Folau brothers: "It's been our dream to play footy together one day"

Super Rugby
by Iain Payten

Like most big brothers, Israel Folau felt like he should keep an eye out for sibling John when they turned up for their first day of Waratahs training together this week.

It was actually Israel who was starting pre-season late as a returning Wallaby - John began with NSW prior to Christmas - but family instincts run deep.

"For me it almost felt like you were going to high school and your younger brother is just starting high school, you kind of have to look after him,” Israel Folau told RUGBY.com.au. 

"That’s how I felt. Make sure he had his lunch, I had to bring his lunch and stuff. Monday and Tuesday was like that. But I forget he is a grown man and he has kids. I don’t even have any kids.”

Folau the elder isn’t even joking about the packed lunch. 

The Wallaby star usually brings some extra fruit and a smoothie along in the morning, and this week he made two.

Such is the excitement the 29-year-old feels about the possibility of playing with his little bro for the first time in their lives.

Following in the 2013 footsteps of Israel (via his stint in AFL), John, 24, switched to rugby last year from rugby league ranks, where he'd played for Parramatta at under 20s and NRL level, and also for Tonga in an international fixture.

An injury-hampered NRC campaign for the Sydney Rays saw John only get two games under his belt, but it was enough for Waratahs coach Daryl Gibson to initially throw the 112kg winger a trial over summer, and then sign him on a one-year contract.

It has set up the fascinating prospect of two Folaus playing in the Waratahs’ back three in Super Rugby.

"It is very exciting. It has always been a dream of ours to hopefully, if we do get the opportunity, to play together, it will be unreal,” Israel said.

"It’s great to train with him and be in the same team. It has never happened before so it’s very exciting.

"We’d never crossed paths to be in the same team, or even play against each other.”

Israel Folau moved out of home to play for Melbourne Storm when John was only 12 but both remember the intense family footy games when they were growing up.

John is the bigger guy now by ten kilograms but he jokes was flat-out surviving “all the cheap shots” from Israel when they were younger.

John Folau. Photo: Getty Images"I remember growing up with knee footy in our lounge room and it used to get heated,” John said.

"Being the youngest I was just trying to keep my guard up. I used to beaten around a lot. 

"When the opportunity came to play at the Waratahs, I jumped at it. The last time I spoke to you guys I said I wanted to play with him and it’s a step closer now. We actually trained for the first time together this week … if I get the opportunity to play alongside him it is something I will remember for the rest of my life."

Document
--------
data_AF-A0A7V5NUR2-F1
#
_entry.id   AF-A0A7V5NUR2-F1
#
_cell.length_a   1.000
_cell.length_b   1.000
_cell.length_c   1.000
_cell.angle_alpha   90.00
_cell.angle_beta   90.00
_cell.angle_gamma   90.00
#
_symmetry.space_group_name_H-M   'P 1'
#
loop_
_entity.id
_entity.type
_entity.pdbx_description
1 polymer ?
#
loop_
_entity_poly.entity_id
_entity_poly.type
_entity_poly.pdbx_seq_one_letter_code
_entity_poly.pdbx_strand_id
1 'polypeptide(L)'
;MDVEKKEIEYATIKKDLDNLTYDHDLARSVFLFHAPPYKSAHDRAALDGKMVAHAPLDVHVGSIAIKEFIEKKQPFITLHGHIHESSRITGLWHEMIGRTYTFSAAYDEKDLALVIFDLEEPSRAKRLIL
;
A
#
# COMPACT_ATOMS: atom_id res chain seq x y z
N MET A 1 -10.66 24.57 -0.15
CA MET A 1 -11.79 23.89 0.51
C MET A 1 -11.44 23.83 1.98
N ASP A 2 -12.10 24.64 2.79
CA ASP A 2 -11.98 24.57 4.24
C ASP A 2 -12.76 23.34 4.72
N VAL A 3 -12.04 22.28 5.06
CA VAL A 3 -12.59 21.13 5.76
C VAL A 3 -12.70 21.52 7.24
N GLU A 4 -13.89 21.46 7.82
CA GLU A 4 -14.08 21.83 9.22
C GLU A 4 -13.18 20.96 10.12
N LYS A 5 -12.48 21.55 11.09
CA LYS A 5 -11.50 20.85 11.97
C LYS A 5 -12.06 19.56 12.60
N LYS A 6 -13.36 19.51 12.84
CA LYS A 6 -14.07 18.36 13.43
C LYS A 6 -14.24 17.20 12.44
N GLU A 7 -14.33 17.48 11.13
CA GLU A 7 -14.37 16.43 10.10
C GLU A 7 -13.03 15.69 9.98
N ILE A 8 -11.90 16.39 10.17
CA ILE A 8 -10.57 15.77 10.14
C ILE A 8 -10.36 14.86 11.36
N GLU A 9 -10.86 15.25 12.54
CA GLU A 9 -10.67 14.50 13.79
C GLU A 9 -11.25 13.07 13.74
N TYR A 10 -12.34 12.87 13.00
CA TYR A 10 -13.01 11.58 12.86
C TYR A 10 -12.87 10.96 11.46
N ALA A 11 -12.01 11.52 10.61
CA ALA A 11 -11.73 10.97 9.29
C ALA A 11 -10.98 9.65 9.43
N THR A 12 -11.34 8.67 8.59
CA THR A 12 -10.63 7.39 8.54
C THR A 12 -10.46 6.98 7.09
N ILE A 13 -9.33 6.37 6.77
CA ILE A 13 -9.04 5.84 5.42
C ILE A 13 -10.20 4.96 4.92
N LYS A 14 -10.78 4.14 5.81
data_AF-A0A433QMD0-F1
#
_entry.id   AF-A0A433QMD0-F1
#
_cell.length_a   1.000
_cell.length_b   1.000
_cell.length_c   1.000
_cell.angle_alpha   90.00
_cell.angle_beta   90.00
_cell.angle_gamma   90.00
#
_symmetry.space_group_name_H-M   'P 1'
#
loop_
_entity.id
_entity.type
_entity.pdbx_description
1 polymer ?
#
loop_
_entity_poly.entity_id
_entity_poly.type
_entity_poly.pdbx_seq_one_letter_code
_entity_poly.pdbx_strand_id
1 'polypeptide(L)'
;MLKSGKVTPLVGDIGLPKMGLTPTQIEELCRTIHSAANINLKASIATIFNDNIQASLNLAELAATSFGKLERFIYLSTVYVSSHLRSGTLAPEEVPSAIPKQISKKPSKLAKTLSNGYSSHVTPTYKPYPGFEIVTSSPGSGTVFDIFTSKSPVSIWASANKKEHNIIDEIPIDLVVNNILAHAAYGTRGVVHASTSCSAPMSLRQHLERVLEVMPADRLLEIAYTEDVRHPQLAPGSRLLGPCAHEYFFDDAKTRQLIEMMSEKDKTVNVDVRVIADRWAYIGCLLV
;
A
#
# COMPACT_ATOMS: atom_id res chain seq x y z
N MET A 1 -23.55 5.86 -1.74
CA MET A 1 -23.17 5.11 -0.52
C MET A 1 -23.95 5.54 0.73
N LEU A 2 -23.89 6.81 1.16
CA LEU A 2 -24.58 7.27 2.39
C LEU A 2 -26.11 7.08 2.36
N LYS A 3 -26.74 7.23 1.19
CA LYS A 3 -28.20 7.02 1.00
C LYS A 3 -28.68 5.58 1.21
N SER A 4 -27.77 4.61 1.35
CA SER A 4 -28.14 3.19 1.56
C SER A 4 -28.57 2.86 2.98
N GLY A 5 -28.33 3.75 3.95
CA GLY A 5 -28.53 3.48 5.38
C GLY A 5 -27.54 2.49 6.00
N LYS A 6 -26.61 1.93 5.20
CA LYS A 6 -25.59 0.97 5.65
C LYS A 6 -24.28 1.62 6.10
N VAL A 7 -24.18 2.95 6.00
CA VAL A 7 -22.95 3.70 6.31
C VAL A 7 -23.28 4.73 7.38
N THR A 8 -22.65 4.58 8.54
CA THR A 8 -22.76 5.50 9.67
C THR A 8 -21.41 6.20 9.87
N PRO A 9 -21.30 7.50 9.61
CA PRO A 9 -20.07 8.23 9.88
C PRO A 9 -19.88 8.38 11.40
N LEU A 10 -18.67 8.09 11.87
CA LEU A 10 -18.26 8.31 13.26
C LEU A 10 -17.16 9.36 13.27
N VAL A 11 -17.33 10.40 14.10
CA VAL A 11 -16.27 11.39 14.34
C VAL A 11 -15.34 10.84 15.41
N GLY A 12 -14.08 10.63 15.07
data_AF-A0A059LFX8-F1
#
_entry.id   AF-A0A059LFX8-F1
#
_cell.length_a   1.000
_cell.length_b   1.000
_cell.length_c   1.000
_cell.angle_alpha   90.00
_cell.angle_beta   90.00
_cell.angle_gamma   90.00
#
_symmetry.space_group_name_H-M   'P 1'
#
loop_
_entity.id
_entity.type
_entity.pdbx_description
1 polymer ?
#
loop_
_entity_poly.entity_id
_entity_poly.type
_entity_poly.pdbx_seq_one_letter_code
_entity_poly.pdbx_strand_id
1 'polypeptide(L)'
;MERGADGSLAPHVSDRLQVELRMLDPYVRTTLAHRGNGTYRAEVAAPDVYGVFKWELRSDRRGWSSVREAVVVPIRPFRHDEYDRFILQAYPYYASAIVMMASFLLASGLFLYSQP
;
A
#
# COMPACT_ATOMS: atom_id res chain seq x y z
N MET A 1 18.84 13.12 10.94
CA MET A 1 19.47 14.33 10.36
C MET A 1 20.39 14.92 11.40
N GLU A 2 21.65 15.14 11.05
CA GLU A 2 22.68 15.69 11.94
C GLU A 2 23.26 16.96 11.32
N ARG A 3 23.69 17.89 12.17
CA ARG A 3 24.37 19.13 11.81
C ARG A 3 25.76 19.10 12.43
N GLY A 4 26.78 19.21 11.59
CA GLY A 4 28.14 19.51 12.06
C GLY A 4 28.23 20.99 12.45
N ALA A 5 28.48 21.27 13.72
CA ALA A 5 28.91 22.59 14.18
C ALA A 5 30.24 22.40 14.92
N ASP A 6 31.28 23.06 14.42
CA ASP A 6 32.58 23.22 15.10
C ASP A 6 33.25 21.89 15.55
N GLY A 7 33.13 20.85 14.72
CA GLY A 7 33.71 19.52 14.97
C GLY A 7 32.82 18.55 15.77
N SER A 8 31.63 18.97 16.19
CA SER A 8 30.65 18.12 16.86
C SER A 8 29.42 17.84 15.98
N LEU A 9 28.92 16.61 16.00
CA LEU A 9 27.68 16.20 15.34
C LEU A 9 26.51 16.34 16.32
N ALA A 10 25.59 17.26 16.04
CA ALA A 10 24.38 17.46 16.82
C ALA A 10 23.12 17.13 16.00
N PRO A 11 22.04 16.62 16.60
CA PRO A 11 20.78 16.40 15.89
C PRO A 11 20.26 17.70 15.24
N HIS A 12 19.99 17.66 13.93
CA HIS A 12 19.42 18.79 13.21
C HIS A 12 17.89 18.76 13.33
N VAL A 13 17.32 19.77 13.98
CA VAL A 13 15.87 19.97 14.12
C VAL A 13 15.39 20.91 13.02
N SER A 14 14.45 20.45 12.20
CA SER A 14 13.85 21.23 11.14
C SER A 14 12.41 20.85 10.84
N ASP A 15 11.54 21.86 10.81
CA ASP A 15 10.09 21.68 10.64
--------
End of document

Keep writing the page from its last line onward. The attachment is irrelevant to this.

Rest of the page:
Understandably, Israel is a huge role model for John and it was his brother’s enjoyment of rugby that helped him decide to pursue the same code-hop challenge.

He is still adapting but John has a decent tutor on the subject available every day at training. 

"It’s been a big help actually. If there are things I don’t understand about the game, I can go to him (Israel) and he usually just tells me to back myself and back my ability,” John said.

Israel Folau has won the Matthew Burke Cup. Photo: Getty ImagesIsrael Folau used his natural athleticism to survive on the field while learning the game, and says he thinks John has the ability to do the same as he figures out the positional demands. 

Gibson hopes John Folau can push for a wing spot, and potentially help plug the 15-try gap left by the departed Taqele Naiyavaoro this season.

"It’s obviously totally different from playing rugby league. There are a lot more details playing the game of rugby,” Israel Folau said.

"I believe he has the ability to play the game naturally, it’s about learning the fundamentals of the game; where you need to be, positioning in whatever position you are playing. It’s the same thing I went through when I first came in.

"The best way to learn is to go out there and throw yourself in by playing the game, and make mistakes. That’s the best way to learn. They help you grow from strength to strength in helping you play the game, and picking the game up.

"I think we are similar. A lot of teammates say to us, or people in general, they say we have similar traits.”

Living up to the famous Folau name could be a very tough gig, but John said he doesn’t worry about the inevitable comparisons.

"We are two different people,” he said.

"To other people there may be expectations, but I am just focussed on doing my best, and working hard every day.”